Unthank School of Writing Blog

27 Mar 2018

How to Talk About Your Writing

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So, what’s your novel about then?

This is the question — the terrible, dreaded question — that causes most new writers to stammer and squirm, or gabble and gush.

Picture the scene: you are at a social gathering, like a networking event, a drinks party, or something your friends have dragged you to. You didn’t want to go. You’d rather be writing. Your work in progress is coming along much too slowly for your liking. It’s all you think about, perhaps all you care about. Some canapes are passed around. You take a second glass of white wine and then somehow a new acquaintance, someone you’ve only just met, manages to jemmy out of you that you’re writing a book.

‘What’s it about?’ she’ll say.

How on earth are you supposed to answer that? Plenty of pitfalls await the unwary.

The Rubbish Chute

You start to speak, but you boil your novel down to its bare basics. It’s about a man who moves to the country and invents a new type of cheese that has hallucinogenic side effects. It’s about a woman who sits in a caravan knitting bobble hats and thinking about the past. As you hear yourself speak, as you see your interrogator glazing over, you realise that even you now think your novel sounds bad. It sounds dreadful.

Talking about your work prematurely can make it seem trite or implausible, denting your confidence. Remember that it’s not finished yet, and even the most celebrated novels could seem ridiculous if summed up in a nutshell (Moby Dick is about a bloke with a beard who follows a whale about). The need to sum it up in a crisp, elevator-pitch-like soundbite usually comes to you only after you’ve finished it and you’ve put your marketing hat on.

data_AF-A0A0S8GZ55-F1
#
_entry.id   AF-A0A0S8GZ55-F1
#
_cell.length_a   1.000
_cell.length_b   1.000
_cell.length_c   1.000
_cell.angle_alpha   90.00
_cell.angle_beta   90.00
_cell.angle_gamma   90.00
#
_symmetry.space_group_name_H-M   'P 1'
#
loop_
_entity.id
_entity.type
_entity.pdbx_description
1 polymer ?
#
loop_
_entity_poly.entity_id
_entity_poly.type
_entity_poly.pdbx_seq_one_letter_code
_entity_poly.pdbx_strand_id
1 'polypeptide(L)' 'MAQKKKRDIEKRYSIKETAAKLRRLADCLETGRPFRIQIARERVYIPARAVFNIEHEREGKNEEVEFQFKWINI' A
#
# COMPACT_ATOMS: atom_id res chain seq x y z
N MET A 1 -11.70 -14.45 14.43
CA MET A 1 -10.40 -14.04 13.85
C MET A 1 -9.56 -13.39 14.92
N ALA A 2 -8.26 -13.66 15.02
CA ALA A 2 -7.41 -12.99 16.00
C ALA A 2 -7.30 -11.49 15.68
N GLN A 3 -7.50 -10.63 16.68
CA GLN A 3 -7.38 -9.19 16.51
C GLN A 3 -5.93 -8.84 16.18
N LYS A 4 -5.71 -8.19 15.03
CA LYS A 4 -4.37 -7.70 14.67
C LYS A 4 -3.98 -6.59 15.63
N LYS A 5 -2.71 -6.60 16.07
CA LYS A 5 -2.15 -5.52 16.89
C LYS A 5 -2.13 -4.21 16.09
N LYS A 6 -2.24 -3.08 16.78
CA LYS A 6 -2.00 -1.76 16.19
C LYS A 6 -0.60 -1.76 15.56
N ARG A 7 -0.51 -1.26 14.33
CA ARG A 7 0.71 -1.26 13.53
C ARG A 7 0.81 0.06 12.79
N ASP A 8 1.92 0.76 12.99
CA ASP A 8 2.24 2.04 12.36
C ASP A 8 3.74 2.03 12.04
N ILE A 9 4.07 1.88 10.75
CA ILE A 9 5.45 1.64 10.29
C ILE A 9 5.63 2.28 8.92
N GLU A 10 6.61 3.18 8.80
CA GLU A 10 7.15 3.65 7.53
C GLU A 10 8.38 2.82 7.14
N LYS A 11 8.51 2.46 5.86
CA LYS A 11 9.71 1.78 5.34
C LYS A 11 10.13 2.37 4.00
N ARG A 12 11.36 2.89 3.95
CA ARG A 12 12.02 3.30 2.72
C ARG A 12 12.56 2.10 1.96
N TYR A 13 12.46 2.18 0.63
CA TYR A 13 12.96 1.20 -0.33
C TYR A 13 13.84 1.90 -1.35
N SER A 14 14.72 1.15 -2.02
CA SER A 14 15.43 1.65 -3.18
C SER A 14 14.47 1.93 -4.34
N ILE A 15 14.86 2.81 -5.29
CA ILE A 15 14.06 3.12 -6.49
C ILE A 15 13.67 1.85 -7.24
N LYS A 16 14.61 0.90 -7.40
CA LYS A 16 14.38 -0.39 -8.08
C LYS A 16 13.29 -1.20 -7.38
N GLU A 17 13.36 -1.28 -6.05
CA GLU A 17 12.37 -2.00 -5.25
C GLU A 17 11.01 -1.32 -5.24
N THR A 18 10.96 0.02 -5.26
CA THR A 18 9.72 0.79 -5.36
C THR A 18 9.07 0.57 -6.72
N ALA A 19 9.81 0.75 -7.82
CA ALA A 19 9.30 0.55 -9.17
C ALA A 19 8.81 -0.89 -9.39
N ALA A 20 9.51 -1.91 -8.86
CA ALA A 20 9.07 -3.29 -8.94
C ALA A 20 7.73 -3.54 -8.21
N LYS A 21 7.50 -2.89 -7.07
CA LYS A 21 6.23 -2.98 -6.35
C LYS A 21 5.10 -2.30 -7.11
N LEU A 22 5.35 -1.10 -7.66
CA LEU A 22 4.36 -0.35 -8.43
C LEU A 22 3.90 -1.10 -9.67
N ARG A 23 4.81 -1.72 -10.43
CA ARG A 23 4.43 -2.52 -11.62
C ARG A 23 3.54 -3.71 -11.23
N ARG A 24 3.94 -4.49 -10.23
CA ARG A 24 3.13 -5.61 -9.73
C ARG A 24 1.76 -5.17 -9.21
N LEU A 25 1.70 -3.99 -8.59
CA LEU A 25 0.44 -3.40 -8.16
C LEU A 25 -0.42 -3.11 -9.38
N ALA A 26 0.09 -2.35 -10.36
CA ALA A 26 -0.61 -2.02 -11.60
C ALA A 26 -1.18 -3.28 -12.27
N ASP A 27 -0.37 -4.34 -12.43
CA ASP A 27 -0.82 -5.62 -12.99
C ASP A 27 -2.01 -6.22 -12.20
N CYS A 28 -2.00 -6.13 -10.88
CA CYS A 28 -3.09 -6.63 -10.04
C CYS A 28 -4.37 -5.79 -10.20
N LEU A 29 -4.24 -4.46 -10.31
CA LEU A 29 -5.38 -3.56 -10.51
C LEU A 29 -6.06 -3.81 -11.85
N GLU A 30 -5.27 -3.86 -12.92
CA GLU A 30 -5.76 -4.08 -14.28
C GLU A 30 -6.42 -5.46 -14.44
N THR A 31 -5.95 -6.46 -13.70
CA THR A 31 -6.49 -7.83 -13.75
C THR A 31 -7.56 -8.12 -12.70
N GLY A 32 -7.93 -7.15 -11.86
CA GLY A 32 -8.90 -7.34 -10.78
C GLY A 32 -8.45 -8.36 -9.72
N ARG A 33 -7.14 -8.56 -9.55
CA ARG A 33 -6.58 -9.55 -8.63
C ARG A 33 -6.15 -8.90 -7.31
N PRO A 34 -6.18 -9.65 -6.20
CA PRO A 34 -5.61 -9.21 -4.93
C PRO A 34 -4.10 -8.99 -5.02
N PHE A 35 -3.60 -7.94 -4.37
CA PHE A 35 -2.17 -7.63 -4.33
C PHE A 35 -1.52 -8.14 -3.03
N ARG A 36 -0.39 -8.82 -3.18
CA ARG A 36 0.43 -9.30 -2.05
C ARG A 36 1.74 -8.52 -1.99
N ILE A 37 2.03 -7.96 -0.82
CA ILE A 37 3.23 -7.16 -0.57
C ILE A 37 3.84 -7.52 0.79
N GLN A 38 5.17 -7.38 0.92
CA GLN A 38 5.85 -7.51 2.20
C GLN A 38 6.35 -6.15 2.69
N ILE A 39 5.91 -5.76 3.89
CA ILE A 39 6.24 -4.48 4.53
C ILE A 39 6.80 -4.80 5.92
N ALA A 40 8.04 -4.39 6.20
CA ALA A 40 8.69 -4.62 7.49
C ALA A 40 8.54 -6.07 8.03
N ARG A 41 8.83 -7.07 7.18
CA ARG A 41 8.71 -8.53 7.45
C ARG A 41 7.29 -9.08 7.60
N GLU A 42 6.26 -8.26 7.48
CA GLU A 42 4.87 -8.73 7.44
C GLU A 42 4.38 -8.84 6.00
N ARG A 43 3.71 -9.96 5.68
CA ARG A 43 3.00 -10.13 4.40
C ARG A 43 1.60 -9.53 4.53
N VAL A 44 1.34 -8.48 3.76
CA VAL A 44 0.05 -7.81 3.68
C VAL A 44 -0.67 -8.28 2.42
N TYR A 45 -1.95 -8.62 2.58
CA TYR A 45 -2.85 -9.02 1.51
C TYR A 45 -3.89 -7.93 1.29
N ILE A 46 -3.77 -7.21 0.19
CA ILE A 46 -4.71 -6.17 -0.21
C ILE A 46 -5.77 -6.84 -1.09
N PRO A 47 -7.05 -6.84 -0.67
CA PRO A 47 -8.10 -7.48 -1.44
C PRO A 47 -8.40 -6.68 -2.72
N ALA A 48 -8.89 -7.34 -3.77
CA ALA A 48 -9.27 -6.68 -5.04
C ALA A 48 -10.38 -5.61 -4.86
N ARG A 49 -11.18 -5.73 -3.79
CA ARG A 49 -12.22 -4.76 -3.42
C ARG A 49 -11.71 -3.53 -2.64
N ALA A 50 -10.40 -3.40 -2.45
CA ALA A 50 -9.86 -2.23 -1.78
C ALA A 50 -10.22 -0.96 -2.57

The Bore Hole

You find yourself going on and on about your novel, all the ins and outs, every twist and turn, the then-then-thens, all the context and backstory, your main character’s medical records and tax returns and how their parents met, what flavour of Aero they like best. Each event you mention requires a series of qualifications that fork and split off into more and more explanations and detail until you notice that faces glazed over some time ago. You feel very alone.

Your novel might not make sense to you unless you have all its entrails out, but there’s a real risk here that no else is going to keep up. Very soon, they’ll want to be talking about anything else.

The Distorting Mirror

So, no one has yet asked you what your books is about, but these guys seem intelligent and interesting and are maybe the sort of people you would like to read your work, so you bring it up yourself, maybe bluntly, maybe by stealth. Somehow you get it into the conversation that you’re a writer, that you’re writing a book, but your newfound friends merely shrug. You start to feel deflated. You feel yourself shrink.